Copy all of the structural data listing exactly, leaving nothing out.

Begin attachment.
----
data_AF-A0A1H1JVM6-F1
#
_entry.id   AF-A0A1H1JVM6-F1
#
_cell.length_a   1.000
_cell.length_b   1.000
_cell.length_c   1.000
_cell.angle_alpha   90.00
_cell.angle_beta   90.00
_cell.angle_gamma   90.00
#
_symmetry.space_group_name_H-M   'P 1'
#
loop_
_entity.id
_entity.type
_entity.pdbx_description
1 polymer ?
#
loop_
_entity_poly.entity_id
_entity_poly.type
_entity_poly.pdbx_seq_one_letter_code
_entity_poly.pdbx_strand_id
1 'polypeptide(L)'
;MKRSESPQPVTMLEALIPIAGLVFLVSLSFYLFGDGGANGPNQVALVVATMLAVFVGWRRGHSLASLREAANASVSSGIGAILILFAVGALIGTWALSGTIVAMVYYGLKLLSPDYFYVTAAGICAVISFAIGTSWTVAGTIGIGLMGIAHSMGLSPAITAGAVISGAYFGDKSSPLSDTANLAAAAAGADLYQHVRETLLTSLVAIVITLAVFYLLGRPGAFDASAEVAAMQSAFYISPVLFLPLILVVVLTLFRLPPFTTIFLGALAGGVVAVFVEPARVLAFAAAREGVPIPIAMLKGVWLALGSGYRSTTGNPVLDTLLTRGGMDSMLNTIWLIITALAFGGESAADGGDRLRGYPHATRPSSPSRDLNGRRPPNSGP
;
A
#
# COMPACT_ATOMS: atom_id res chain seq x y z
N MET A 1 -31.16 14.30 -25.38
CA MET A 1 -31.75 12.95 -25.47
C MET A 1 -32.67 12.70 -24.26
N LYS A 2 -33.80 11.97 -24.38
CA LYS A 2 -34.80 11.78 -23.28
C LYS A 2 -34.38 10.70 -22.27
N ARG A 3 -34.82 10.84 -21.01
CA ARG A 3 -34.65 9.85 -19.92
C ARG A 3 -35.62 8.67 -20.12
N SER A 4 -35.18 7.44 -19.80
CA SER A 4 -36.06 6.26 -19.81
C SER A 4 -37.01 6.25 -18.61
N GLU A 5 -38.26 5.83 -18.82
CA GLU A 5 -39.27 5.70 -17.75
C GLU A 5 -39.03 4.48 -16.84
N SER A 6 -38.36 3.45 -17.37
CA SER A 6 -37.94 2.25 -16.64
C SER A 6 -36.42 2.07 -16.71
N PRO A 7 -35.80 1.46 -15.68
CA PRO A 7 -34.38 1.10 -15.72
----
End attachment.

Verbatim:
data_AF-A0A1H1JVM6-F1
#
_entry.id   AF-A0A1H1JVM6-F1
#
_cell.length_a   1.000
_cell.length_b   1.000
_cell.length_c   1.000
_cell.angle_alpha   90.00
_cell.angle_beta   90.00
_cell.angle_gamma   90.00
#
_symmetry.space_group_name_H-M   'P 1'
#
loop_
_entity.id
_entity.type
_entity.pdbx_description
1 polymer ?
#
loop_
_entity_poly.entity_id
_entity_poly.type
_entity_poly.pdbx_seq_one_letter_code
_entity_poly.pdbx_strand_id
1 'polypeptide(L)'
;MKRSESPQPVTMLEALIPIAGLVFLVSLSFYLFGDGGANGPNQVALVVATMLAVFVGWRRGHSLASLREAANASVSSGIGAILILFAVGALIGTWALSGTIVAMVYYGLKLLSPDYFYVTAAGICAVISFAIGTSWTVAGTIGIGLMGIAHSMGLSPAITAGAVISGAYFGDKSSPLSDTANLAAAAAGADLYQHVRETLLTSLVAIVITLAVFYLLGRPGAFDASAEVAAMQSAFYISPVLFLPLILVVVLTLFRLPPFTTIFLGALAGGVVAVFVEPARVLAFAAAREGVPIPIAMLKGVWLALGSGYRSTTGNPVLDTLLTRGGMDSMLNTIWLIITALAFGGESAADGGDRLRGYPHATRPSSPSRDLNGRRPPNSGP
;
A
#
# COMPACT_ATOMS: atom_id res chain seq x y z
N MET A 1 -31.16 14.30 -25.38
CA MET A 1 -31.75 12.95 -25.47
C MET A 1 -32.67 12.70 -24.26
N LYS A 2 -33.80 11.97 -24.38
CA LYS A 2 -34.80 11.78 -23.28
C LYS A 2 -34.38 10.70 -22.27
N ARG A 3 -34.82 10.84 -21.01
CA ARG A 3 -34.65 9.85 -19.92
C ARG A 3 -35.62 8.67 -20.12
N SER A 4 -35.18 7.44 -19.80
CA SER A 4 -36.06 6.26 -19.81
C SER A 4 -37.01 6.25 -18.61
N GLU A 5 -38.26 5.83 -18.82
CA GLU A 5 -39.27 5.70 -17.75
C GLU A 5 -39.03 4.48 -16.84
N SER A 6 -38.36 3.45 -17.37
CA SER A 6 -37.94 2.25 -16.64
C SER A 6 -36.42 2.07 -16.71
N PRO A 7 -35.80 1.46 -15.68
CA PRO A 7 -34.38 1.10 -15.72